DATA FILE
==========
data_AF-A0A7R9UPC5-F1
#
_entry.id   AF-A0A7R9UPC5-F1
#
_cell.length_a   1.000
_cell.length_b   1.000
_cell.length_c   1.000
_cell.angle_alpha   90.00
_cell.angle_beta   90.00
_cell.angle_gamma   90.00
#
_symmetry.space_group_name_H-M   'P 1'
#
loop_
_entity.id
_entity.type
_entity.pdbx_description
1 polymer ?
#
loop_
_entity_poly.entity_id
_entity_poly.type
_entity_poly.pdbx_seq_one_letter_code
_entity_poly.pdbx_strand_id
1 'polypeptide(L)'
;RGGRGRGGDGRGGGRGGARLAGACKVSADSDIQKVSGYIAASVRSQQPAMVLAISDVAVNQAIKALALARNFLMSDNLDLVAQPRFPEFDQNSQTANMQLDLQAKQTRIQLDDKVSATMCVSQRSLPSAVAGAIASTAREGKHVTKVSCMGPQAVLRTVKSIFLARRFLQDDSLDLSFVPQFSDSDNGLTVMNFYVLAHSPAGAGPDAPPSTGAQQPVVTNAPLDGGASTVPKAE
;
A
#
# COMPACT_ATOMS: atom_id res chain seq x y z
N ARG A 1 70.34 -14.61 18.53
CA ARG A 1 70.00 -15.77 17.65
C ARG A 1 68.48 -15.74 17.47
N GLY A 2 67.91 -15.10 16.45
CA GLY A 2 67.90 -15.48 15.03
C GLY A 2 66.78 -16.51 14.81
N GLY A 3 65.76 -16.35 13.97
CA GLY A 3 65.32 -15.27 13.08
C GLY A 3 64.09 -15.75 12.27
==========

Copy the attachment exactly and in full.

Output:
data_AF-A0A7R9UPC5-F1
#
_entry.id   AF-A0A7R9UPC5-F1
#
_cell.length_a   1.000
_cell.length_b   1.000
_cell.length_c   1.000
_cell.angle_alpha   90.00
_cell.angle_beta   90.00
_cell.angle_gamma   90.00
#
_symmetry.space_group_name_H-M   'P 1'
#
loop_
_entity.id
_entity.type
_entity.pdbx_description
1 polymer ?
#
loop_
_entity_poly.entity_id
_entity_poly.type
_entity_poly.pdbx_seq_one_letter_code
_entity_poly.pdbx_strand_id
1 'polypeptide(L)'
;RGGRGRGGDGRGGGRGGARLAGACKVSADSDIQKVSGYIAASVRSQQPAMVLAISDVAVNQAIKALALARNFLMSDNLDLVAQPRFPEFDQNSQTANMQLDLQAKQTRIQLDDKVSATMCVSQRSLPSAVAGAIASTAREGKHVTKVSCMGPQAVLRTVKSIFLARRFLQDDSLDLSFVPQFSDSDNGLTVMNFYVLAHSPAGAGPDAPPSTGAQQPVVTNAPLDGGASTVPKAE
;
A
#
# COMPACT_ATOMS: atom_id res chain seq x y z
N ARG A 1 70.34 -14.61 18.53
CA ARG A 1 70.00 -15.77 17.65
C ARG A 1 68.48 -15.74 17.47
N GLY A 2 67.91 -15.10 16.45
CA GLY A 2 67.90 -15.48 15.03
C GLY A 2 66.78 -16.51 14.81
N GLY A 3 65.76 -16.35 13.97
CA GLY A 3 65.32 -15.27 13.08
C GLY A 3 64.09 -15.75 12.27